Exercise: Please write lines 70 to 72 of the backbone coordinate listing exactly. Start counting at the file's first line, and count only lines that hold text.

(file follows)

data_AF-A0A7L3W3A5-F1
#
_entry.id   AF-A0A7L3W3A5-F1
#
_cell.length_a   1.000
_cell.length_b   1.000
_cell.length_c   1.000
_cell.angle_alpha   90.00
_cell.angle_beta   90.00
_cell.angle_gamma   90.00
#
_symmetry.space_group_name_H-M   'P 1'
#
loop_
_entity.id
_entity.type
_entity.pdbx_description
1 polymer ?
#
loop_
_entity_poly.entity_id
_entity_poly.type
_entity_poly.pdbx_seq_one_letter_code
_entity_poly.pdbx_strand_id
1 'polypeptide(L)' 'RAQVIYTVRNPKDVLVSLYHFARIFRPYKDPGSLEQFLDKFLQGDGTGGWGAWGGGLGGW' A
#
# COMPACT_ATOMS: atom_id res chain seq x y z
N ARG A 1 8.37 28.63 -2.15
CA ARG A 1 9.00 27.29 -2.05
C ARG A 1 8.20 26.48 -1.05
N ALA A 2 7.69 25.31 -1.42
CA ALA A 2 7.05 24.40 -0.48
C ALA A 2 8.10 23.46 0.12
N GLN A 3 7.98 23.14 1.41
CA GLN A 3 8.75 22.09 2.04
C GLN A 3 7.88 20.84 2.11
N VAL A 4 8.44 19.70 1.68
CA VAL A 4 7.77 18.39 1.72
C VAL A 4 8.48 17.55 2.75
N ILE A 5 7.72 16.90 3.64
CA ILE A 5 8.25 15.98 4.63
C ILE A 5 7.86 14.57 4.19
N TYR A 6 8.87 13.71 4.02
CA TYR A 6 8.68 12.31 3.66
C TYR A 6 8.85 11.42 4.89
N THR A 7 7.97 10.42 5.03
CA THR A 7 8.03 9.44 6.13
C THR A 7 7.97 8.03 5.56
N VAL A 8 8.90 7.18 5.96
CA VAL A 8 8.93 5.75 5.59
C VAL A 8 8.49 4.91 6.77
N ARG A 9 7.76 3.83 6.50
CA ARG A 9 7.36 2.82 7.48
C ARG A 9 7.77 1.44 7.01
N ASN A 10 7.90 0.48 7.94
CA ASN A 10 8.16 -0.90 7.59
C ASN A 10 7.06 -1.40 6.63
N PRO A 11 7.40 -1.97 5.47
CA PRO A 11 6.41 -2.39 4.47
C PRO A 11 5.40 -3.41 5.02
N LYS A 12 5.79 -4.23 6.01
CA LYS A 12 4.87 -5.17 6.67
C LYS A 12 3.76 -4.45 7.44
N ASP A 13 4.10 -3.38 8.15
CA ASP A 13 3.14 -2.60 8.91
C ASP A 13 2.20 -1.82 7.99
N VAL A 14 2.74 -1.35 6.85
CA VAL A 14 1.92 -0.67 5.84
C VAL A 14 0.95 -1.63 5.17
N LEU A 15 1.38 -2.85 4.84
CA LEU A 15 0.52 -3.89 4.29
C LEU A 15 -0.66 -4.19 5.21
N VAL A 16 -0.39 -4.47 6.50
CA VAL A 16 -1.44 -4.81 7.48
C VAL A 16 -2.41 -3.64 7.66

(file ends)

N LEU A 15 1.38 -2.85 4.84
CA LEU A 15 0.52 -3.89 4.29
C LEU A 15 -0.66 -4.19 5.21